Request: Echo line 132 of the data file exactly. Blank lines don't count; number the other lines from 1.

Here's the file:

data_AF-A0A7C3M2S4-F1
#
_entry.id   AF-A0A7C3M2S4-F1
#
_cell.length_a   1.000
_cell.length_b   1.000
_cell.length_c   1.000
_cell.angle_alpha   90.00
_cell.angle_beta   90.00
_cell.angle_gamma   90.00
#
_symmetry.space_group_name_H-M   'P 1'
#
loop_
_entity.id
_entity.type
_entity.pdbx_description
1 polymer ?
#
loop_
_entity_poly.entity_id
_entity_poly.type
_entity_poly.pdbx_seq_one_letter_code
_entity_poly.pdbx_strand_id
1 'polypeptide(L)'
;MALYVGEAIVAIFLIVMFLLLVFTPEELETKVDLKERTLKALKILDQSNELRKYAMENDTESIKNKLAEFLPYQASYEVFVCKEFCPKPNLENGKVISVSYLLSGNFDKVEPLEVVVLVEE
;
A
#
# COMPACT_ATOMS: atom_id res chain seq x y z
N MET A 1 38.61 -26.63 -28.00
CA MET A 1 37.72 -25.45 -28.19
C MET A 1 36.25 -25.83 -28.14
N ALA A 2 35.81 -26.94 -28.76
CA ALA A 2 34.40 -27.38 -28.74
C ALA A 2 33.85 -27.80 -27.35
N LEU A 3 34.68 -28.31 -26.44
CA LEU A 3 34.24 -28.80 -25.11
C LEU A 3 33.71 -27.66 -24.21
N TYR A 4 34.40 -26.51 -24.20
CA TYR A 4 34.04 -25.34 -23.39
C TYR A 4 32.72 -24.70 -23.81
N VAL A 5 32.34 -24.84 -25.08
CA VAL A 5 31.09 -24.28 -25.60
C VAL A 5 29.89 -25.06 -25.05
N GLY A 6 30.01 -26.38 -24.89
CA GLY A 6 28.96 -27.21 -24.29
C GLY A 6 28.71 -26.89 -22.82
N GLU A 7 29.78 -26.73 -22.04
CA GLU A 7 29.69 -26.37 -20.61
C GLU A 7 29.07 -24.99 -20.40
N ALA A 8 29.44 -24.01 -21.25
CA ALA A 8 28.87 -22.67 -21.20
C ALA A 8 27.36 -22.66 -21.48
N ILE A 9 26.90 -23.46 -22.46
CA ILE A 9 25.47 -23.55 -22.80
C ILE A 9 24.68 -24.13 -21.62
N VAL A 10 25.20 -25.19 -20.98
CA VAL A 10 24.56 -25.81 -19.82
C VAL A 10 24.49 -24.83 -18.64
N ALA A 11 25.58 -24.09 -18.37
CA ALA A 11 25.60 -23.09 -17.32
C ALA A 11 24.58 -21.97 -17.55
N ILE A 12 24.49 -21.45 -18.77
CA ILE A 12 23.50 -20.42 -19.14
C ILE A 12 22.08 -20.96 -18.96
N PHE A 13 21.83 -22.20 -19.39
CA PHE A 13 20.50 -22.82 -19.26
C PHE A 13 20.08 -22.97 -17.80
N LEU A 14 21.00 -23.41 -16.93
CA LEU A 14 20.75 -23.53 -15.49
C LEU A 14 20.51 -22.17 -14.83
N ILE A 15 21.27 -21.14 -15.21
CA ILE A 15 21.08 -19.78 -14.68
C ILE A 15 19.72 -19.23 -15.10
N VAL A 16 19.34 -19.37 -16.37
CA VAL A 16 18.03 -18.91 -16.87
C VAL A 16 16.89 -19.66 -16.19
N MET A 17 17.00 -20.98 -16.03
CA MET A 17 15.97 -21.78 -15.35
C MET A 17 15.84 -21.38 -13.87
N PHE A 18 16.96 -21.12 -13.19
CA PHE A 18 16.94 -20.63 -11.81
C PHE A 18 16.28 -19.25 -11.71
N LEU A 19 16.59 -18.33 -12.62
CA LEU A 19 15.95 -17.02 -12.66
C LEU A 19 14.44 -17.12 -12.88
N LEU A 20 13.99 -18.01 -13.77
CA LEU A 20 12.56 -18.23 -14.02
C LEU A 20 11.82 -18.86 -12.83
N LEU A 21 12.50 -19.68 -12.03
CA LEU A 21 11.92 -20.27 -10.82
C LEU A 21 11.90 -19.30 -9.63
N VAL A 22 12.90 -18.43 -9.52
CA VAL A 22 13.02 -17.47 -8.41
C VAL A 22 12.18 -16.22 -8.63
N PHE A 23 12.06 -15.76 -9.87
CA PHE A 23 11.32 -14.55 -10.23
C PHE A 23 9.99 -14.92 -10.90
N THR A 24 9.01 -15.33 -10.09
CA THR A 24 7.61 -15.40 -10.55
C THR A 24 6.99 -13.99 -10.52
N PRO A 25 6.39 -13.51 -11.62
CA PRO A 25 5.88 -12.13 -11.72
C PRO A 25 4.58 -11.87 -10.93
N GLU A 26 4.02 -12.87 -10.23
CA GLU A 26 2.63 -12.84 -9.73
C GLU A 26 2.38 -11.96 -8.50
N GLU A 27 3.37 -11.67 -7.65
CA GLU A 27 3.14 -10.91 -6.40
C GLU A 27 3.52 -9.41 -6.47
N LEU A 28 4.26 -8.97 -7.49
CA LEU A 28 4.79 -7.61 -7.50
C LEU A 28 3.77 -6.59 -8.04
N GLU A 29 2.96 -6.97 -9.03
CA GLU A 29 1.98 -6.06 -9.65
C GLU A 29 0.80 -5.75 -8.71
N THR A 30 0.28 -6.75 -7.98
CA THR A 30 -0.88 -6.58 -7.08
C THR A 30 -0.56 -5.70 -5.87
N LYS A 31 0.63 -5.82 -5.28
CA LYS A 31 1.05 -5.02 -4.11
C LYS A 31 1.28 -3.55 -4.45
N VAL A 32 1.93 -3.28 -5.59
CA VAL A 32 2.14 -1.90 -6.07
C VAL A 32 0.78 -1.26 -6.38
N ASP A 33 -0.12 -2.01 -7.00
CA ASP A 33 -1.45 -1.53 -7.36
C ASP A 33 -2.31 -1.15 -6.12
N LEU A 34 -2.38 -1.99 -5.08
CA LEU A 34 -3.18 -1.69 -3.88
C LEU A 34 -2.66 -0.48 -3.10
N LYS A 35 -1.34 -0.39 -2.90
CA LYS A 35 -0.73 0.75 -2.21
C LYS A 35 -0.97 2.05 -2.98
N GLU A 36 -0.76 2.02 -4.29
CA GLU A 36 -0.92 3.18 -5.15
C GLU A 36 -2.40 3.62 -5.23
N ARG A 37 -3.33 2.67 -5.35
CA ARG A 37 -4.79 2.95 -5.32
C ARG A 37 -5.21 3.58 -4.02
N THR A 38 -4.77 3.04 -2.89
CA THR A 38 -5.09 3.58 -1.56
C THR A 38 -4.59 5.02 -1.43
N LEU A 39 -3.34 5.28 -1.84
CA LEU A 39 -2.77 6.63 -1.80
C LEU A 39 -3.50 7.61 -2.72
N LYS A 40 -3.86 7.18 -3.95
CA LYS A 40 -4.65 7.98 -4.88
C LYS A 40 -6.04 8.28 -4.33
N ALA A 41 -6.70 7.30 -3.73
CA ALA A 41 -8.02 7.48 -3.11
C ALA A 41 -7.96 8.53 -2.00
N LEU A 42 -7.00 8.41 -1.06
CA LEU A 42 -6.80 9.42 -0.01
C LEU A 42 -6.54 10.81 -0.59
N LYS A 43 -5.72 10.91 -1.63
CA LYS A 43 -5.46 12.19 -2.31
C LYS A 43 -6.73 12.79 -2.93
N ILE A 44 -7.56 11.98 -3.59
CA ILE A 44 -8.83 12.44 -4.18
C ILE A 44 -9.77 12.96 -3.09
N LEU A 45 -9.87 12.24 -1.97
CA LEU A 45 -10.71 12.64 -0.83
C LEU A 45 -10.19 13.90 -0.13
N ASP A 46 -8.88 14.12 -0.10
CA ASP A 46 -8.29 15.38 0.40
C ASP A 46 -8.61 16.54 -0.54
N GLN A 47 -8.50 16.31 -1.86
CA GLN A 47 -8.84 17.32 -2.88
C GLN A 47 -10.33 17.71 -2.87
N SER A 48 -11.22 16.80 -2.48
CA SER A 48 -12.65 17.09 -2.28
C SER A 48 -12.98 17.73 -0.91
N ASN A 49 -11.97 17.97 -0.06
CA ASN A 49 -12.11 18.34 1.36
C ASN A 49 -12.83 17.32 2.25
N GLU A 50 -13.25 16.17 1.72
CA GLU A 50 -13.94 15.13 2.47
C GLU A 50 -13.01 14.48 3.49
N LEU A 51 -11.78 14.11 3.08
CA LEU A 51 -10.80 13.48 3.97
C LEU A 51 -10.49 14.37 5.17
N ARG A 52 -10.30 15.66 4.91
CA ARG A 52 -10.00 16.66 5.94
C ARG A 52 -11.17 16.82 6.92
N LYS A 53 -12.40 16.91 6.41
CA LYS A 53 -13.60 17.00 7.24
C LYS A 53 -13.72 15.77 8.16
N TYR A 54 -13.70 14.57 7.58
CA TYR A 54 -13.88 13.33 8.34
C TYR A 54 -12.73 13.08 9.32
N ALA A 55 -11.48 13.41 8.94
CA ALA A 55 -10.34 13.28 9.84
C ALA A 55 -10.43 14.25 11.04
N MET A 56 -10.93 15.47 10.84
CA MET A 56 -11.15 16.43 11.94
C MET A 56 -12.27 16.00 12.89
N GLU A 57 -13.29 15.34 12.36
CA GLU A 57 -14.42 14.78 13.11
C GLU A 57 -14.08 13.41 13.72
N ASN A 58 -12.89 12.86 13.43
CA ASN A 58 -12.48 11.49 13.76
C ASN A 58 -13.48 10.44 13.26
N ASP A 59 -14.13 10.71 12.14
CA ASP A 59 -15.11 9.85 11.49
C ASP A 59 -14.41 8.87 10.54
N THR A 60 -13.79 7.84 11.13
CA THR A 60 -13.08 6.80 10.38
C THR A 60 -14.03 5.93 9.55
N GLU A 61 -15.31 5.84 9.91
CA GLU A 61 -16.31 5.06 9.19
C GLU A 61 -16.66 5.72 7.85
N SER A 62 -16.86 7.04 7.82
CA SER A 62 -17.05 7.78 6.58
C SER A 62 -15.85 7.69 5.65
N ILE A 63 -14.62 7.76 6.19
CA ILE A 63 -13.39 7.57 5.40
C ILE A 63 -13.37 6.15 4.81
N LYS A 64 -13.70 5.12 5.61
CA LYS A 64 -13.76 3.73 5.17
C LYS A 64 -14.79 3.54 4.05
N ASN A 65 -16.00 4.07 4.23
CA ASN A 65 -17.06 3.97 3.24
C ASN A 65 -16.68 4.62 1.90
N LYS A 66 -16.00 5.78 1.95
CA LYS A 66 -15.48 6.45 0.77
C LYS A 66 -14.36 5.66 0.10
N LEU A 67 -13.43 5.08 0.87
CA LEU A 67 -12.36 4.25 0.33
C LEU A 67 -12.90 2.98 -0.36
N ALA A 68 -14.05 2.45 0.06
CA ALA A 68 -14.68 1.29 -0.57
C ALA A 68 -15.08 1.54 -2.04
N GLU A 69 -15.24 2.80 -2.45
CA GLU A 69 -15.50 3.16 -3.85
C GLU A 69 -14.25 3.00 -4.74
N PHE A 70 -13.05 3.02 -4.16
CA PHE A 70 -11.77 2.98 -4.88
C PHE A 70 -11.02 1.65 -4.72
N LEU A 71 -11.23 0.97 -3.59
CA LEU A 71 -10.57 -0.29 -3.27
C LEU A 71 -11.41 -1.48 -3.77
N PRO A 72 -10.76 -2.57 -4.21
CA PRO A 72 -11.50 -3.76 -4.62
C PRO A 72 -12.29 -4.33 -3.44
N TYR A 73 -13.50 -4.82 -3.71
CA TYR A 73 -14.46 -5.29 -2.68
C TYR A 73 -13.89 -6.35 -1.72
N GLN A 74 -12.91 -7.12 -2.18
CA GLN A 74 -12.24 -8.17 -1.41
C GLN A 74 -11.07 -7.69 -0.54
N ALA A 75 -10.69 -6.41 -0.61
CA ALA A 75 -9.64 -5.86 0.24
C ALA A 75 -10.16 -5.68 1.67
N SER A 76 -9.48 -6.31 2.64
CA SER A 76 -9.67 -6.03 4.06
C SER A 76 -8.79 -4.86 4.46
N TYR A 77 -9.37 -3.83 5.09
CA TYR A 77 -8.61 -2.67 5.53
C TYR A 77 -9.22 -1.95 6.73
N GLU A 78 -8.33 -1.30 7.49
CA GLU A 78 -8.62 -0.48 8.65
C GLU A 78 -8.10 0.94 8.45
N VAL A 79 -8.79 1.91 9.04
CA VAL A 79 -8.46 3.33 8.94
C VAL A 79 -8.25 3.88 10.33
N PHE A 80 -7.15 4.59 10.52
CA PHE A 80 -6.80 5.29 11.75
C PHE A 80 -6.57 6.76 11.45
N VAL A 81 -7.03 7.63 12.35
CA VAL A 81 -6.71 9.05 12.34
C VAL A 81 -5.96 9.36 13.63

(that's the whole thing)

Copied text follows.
C LEU A 34 -2.66 -0.48 -3.10